Will County official warns cross-contamination could cause overdoses, pose danger

After a string of overdose deaths in Will County over the past couple of weeks, one county official wants the public to stay vigilant of further danger for users.

During a Will County Board Health and Public Safety Committee meeting Wednesday, Kathleen Burke, the county’s director of substance use initiatives, gave a report on what she learned may have caused the overdoses.

She reported that there were
14 overdoses and nine deaths over the past couple of weeks in Joliet, Lockport, Crest Hill and Shorewood. Preliminary field tests conducted by responding police departments found many of these individuals were using cocaine laced with fentanyl, a powerful synthetic opioid typically used to treat severe and chronic pain.

Burke told the County Board members that initially it might have seemed like the source of the drugs might have been mixing the two substances on purpose, but after further research, she said, it might not have been deliberate. She said sometimes dealers use the same equipment to prepare all of their drugs, so there may have been some cross-contamination.

Because fentanyl is relatively cheap and becoming more common, Burke said, first responders might be seeing more of these types of overdoses.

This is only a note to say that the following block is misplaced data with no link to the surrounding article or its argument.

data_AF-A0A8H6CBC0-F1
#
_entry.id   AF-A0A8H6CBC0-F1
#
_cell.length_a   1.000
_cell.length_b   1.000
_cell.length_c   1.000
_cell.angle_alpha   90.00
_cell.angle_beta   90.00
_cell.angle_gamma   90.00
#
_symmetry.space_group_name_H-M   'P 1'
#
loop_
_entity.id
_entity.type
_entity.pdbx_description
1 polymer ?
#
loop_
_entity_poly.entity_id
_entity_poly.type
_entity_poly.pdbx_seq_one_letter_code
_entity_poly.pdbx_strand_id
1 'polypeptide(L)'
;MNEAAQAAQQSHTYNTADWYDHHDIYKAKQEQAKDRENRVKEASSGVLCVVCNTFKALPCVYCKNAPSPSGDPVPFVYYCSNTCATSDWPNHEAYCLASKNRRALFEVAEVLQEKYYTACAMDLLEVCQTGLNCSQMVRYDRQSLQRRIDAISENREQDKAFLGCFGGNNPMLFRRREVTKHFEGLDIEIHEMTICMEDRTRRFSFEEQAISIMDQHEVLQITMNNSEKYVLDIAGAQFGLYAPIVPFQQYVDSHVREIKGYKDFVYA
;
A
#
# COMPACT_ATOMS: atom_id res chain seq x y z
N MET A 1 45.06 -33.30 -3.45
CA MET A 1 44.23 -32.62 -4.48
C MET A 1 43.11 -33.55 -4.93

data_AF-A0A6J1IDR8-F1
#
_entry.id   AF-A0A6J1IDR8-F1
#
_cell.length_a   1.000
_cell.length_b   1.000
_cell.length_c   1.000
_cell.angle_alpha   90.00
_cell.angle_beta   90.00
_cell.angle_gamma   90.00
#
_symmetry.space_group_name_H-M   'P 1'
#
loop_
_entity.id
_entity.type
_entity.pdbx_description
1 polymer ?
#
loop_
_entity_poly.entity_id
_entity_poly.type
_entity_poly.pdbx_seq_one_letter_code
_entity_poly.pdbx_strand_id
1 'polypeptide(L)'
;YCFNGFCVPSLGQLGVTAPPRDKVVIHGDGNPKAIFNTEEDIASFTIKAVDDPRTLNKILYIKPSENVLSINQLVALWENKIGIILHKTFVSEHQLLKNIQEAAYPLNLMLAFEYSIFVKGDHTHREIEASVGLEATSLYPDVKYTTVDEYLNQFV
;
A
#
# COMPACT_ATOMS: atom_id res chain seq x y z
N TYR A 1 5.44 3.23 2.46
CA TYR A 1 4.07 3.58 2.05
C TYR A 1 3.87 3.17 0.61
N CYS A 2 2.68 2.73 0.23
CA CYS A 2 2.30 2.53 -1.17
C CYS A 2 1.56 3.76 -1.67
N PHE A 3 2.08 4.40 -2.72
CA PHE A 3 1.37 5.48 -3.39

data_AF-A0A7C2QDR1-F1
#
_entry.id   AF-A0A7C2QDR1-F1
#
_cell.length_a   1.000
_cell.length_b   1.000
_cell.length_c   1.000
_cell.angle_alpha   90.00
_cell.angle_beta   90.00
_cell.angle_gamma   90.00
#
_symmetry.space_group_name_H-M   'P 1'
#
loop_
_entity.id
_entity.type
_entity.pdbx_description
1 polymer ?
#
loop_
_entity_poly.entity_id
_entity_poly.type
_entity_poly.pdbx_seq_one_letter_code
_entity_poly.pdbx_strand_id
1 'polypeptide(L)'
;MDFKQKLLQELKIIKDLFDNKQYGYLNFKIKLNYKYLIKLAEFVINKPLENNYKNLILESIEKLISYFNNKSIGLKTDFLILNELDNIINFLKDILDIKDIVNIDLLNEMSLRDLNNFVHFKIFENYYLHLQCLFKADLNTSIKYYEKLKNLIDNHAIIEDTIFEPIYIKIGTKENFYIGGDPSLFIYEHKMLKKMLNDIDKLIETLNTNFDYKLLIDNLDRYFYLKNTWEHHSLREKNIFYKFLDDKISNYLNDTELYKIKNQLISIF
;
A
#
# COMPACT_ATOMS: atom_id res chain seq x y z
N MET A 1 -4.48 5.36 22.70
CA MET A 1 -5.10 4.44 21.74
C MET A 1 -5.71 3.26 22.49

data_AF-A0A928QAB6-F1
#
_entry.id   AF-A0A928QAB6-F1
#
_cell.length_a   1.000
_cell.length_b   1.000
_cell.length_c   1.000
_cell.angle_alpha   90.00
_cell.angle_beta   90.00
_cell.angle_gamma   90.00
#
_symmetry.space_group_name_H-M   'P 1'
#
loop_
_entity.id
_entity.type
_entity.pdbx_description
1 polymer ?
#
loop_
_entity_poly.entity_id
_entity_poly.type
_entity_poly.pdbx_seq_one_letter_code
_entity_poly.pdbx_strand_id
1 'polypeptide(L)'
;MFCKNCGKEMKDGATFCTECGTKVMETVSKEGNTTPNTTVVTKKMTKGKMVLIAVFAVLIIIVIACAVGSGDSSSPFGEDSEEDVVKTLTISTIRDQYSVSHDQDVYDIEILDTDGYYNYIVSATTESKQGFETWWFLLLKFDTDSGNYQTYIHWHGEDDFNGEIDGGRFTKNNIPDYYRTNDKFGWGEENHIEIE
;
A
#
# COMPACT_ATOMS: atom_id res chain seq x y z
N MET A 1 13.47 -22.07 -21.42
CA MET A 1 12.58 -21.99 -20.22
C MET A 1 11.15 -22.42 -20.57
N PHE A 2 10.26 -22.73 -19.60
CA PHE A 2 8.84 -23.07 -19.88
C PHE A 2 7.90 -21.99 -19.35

“What’s critical is that we get the word out when this happens, that we get the community alerted to this situation,” Burke said.

Burke said her concern now is coming up with a way to better communicate such dangers to the public quickly, accurately and on a larger scale. Still, she added, she does want to be sensitive to those who might not want robocall-type alerts sent to their phones.

She said she’s been speaking with local police and fire departments and the Will County Emergency Management Agency on coming up with ways to get information out to the public when such a public health crisis occurs. Burke told members she’d want to be able to get the word out as soon as possible, because even by the time the news media reports on such incidents, several people might have already died.

One tool she said she'd like more police and fire departments to use is an ODMAP, which provides real-time overdose surveillance data across jurisdictions.The federal program High Intensity Drug Trafficking Area provides the tool for first responders and public health officials.